- NYC Health + Hospitals, the nation's largest public health system, is seeking $11.5 million for inpatient medical claims denied by UnitedHealthcare.
- A spokesperson for the health system told Modern Healthcare that the majority of claims were for ER visits involving patients covered by UnitedHealthcare's Medicaid program and Medicare plan.
- NYC Health & Hospitals' contract with UnitedHealthcare requires the hospital system to seek arbitration, which will happen this summer. The health system said it is also reviewing its managed care contracts and may seek arbitration with other insurers down the road.
UnitedHealthcare is not the first major payer to take a closer look at ED visits. Last year, Anthem announced a controversial ER policy to stop paying visits it later deemed medically unnecessary. Providers have since pushed back against the program, saying it forces patients to make decisions doctors should be making and could cause people to delay or avoid needed care. Anthem has since amended its ER policy to allow for a number of exceptions.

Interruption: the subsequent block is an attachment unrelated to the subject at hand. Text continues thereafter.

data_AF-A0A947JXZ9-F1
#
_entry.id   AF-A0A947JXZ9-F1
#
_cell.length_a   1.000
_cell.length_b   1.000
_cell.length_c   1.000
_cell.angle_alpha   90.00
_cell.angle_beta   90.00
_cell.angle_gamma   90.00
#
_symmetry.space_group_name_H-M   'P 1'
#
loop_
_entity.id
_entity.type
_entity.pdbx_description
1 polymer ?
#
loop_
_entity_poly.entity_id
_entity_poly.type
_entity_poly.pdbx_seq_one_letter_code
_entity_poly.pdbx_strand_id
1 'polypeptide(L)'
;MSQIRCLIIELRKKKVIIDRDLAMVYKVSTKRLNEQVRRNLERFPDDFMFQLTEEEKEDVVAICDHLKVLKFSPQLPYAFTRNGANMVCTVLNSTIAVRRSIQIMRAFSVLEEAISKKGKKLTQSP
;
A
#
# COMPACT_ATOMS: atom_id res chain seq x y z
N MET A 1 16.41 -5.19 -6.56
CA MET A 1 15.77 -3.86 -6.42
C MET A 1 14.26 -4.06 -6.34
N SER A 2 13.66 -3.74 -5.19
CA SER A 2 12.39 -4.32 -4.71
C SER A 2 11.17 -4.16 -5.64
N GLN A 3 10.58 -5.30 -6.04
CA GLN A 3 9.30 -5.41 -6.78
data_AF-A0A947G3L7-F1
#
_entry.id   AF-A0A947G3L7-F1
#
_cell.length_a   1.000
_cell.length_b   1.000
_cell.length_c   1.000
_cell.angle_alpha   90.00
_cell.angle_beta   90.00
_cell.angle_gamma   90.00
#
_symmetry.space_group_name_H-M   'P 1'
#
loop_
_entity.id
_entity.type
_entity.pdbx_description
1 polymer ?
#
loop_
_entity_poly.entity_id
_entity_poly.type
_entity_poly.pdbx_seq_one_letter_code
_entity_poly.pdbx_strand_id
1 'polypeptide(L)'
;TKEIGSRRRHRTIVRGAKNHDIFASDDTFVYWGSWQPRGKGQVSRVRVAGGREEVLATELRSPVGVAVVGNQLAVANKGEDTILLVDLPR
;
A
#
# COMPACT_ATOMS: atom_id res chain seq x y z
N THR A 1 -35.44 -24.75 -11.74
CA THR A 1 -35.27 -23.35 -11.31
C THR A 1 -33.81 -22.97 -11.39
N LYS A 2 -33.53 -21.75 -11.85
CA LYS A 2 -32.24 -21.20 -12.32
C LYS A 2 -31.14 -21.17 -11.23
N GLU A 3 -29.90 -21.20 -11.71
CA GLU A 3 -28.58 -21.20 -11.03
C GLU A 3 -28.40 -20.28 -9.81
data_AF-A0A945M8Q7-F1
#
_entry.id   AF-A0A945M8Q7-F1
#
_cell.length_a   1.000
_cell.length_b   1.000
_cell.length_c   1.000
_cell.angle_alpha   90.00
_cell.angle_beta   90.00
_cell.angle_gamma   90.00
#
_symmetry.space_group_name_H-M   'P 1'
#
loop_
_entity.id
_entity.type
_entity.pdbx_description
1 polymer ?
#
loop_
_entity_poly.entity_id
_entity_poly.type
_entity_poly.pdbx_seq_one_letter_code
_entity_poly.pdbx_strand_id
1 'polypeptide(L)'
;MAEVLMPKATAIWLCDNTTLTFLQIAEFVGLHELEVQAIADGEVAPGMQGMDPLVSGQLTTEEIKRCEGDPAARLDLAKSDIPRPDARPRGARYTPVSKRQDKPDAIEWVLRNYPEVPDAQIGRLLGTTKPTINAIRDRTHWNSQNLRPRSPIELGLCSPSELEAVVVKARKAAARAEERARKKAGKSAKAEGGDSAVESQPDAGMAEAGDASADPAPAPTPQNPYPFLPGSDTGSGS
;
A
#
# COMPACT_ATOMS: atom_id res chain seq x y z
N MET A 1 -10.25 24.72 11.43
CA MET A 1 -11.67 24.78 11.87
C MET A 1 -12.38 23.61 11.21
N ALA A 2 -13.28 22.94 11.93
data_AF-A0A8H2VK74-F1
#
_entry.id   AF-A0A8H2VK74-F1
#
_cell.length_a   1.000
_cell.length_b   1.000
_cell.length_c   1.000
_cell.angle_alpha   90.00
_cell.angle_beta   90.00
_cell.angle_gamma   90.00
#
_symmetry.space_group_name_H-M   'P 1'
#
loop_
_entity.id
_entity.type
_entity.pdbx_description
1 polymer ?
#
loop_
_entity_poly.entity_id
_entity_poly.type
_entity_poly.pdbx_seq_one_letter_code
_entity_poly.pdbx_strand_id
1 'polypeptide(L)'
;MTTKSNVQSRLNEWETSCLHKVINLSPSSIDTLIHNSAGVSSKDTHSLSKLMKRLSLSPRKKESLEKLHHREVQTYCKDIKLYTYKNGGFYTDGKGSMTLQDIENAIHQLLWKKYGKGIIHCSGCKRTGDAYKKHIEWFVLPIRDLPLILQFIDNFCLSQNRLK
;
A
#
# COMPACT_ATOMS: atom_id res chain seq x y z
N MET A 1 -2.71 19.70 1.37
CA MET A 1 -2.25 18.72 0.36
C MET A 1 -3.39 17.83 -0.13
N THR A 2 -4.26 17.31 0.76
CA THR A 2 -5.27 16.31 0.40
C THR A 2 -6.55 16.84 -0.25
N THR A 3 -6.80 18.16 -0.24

While Anthem’s policy looks to move patients away from EDs to less expensive locations like urgent care centers and retail clinics, UnitedHealth’s policy change is about making sure hospitals are billing properly.
Emergency services are lucrative for hospitals, which face growing competition from retail clinics and urgent care centers. Prior authorizations, typically requiring an extra layer of approval before paying for a treatment, are one way that payers have looked to contain healthcare costs.
Prior authorizations are not popular, and can be a headache for hospitals, payers and patients. A December 2016 American Medical Association survey reported that physicians were completing an average of 37 prior authorizations each week, which took about 16.4 hours to process. Moreover, a more recent AMA survey found 92% of physicians report prior authorizations have a negative impact on patient clinical outcomes.